FTC Calls For Legislative Oversight of Data Brokers

Posted on by Richard H. Levey

The Federal Trade Commission has issued a report recommending, in part, that data brokers offer consumers greater transparency into, and control over, data collected and stored. While the commission's suggestions are not likely to be passed into law anytime soon, the marketing community will monitor the reception the recommendations receive on Capitol Hill and at large.

Within the report, the FTC reaffirms its support of legislation which would give access rights to consumers to information held by data brokers. It also suggests the data broker industry explore creating a centralized web site where firms that compile and sell data for marketing could identify themselves, describe how they collect consumer data, and disclose the types of firms to which they sell data.

The proposed site would also detail the access rights and other choices such firms offer consumers, and provide links to their own sites where consumers could exercise these options.

The FTC paper cites several "data breaches and vulnerabilities related to consumer information", as well as announced planned data uses which did not occur due to consumer backlash as justification for its suggestions.

According to the FTC, "companies that do not intend to undermine consumer privacy simply lack sufficiently clear standards to operate and innovate while respecting the expectations of consumers" and "companies that do seek to cut corners on consumer privacy do not have adequate legal incentives to curtail such behavior."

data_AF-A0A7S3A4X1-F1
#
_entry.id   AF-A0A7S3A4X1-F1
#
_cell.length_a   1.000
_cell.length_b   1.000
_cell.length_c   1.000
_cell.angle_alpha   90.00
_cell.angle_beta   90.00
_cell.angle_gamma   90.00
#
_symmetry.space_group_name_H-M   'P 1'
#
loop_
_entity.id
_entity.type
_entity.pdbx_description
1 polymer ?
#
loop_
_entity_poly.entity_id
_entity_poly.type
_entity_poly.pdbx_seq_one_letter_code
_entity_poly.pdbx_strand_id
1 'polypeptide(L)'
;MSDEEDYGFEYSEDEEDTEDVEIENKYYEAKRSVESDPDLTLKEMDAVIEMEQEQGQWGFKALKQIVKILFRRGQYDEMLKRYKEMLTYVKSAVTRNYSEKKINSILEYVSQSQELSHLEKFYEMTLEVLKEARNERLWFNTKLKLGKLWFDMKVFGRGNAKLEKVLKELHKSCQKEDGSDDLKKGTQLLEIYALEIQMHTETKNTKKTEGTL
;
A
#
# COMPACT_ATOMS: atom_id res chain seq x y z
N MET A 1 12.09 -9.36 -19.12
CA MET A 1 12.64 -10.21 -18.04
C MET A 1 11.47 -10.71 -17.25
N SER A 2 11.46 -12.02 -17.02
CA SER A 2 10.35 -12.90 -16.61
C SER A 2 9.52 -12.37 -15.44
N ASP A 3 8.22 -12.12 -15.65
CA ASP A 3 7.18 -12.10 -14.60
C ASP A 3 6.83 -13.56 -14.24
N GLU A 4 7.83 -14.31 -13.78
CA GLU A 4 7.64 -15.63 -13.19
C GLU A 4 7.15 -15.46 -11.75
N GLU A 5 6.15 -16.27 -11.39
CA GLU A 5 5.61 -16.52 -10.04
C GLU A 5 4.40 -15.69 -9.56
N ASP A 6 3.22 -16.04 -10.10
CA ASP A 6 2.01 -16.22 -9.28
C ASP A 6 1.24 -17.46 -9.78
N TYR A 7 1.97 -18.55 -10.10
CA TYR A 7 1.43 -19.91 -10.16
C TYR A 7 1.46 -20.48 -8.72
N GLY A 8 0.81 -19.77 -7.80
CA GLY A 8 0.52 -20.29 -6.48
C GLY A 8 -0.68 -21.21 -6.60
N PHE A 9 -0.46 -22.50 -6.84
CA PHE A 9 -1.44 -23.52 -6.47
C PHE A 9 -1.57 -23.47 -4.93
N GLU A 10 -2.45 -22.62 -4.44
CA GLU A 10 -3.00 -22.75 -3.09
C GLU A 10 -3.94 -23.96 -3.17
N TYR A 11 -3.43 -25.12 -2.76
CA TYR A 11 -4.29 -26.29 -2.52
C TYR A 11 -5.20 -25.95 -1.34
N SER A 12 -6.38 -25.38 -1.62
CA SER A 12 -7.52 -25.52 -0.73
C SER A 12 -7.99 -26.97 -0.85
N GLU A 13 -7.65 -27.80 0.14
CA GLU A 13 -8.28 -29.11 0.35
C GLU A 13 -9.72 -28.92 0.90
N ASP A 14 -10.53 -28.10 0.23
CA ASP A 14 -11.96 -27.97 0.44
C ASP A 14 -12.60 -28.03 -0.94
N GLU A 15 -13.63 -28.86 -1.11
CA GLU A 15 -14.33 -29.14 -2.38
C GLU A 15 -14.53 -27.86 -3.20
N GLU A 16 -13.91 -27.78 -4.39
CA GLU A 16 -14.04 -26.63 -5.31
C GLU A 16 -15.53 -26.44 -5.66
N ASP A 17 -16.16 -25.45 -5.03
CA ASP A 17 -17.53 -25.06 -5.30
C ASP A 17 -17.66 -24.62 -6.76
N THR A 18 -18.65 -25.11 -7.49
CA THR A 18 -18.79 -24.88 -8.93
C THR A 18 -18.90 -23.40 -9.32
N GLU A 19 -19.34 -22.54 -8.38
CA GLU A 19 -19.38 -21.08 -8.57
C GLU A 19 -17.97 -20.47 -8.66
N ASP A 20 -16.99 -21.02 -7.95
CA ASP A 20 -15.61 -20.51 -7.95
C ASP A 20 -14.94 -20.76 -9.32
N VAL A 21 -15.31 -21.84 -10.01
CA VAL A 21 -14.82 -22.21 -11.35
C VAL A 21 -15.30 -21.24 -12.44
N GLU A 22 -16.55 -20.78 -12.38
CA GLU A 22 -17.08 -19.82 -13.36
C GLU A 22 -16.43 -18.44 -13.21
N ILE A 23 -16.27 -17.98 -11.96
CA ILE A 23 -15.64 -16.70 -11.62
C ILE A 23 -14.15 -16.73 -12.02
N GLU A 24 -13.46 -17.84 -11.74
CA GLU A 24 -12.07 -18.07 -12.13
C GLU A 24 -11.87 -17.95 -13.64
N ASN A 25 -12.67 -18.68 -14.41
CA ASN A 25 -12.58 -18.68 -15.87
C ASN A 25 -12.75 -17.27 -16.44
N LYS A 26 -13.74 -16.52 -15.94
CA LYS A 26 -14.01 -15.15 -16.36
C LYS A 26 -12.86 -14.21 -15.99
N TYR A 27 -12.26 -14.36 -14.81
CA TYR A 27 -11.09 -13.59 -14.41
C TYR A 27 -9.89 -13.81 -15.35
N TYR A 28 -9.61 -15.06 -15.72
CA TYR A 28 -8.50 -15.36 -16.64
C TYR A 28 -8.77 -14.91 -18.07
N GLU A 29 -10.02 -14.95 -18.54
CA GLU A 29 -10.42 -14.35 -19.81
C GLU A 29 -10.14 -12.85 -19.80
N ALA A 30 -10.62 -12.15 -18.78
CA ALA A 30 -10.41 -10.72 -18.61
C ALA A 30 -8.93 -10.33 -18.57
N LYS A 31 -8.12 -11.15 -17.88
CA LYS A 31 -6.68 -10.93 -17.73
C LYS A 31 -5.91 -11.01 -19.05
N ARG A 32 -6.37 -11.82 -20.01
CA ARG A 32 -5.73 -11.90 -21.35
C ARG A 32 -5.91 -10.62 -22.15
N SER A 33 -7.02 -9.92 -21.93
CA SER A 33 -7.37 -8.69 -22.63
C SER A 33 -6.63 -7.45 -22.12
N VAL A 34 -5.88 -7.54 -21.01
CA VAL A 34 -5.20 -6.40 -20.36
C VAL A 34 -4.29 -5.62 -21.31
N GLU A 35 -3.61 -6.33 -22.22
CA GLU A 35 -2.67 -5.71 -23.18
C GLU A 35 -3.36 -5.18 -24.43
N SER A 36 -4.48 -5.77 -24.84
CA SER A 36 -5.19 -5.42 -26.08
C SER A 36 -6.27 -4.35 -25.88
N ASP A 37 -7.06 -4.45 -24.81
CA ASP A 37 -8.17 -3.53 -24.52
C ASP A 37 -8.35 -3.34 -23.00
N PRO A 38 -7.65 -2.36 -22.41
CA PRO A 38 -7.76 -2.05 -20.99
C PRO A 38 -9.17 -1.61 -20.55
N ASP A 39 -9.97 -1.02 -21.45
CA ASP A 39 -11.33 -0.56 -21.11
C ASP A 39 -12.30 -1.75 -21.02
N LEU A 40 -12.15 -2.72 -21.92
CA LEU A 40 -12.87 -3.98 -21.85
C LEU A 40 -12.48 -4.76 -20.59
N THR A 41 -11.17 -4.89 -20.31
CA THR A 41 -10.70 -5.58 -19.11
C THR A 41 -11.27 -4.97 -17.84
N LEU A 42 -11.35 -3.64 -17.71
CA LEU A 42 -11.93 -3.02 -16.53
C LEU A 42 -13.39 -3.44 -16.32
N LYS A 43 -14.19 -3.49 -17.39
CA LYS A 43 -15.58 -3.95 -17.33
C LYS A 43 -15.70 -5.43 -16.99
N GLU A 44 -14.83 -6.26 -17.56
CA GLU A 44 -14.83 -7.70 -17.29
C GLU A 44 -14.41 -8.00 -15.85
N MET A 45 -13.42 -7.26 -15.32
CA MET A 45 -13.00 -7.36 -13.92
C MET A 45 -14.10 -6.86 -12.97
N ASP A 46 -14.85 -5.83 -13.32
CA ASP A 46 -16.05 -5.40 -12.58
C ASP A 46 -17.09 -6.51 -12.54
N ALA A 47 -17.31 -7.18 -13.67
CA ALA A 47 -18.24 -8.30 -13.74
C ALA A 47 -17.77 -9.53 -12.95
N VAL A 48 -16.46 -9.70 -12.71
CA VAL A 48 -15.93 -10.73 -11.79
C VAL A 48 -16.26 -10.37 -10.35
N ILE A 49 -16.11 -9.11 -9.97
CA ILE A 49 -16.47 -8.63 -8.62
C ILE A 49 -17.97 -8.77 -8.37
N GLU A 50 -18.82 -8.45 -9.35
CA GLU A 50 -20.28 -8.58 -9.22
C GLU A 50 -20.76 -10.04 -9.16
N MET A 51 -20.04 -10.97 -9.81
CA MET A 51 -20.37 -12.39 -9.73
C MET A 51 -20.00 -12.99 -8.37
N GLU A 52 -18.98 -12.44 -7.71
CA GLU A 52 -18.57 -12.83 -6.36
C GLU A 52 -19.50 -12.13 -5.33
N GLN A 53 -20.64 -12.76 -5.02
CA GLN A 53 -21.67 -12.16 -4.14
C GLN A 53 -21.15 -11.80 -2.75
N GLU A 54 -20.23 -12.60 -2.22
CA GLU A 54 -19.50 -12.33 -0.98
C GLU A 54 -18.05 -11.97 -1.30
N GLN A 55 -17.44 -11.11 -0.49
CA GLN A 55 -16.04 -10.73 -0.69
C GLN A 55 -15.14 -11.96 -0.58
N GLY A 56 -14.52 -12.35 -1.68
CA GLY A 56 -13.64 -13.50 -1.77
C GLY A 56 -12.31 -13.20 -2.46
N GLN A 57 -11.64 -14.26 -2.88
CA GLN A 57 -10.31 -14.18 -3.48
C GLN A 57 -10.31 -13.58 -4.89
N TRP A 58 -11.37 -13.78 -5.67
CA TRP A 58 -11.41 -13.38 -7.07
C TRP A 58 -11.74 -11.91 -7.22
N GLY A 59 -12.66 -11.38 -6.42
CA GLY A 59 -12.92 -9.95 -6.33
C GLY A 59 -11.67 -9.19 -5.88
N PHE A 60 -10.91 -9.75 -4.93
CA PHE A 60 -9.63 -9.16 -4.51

Linda A. Woolley, the Direct Marketing Association's executive VP of Washington operations, feels the suggestions cover too wide a swath of data practices. "I defy the FTC to show me where the harm is," she says. "It is a perception of harm, a perception of intrusion. We are talking about data used for marketing purposes – not data used for whether you should get insurance, or a loan, or employment."

Woolley acknowledges the need for data security, such as file encryption and segregation, in data shepherding. "DMA actively supports national security legislation," she says. "But that is different from privacy legislation, and from the data broker things the FTC is talking about."


She raises the issue of both the cost and the authentication concerns of consumers reviewing information within data brokerages. Systems would need to be created that would ensure consumers can only review their data, as opposed to anyone else's. Without these, the review mechanism could potentially create just the sort of data breaches it seeks to curtail.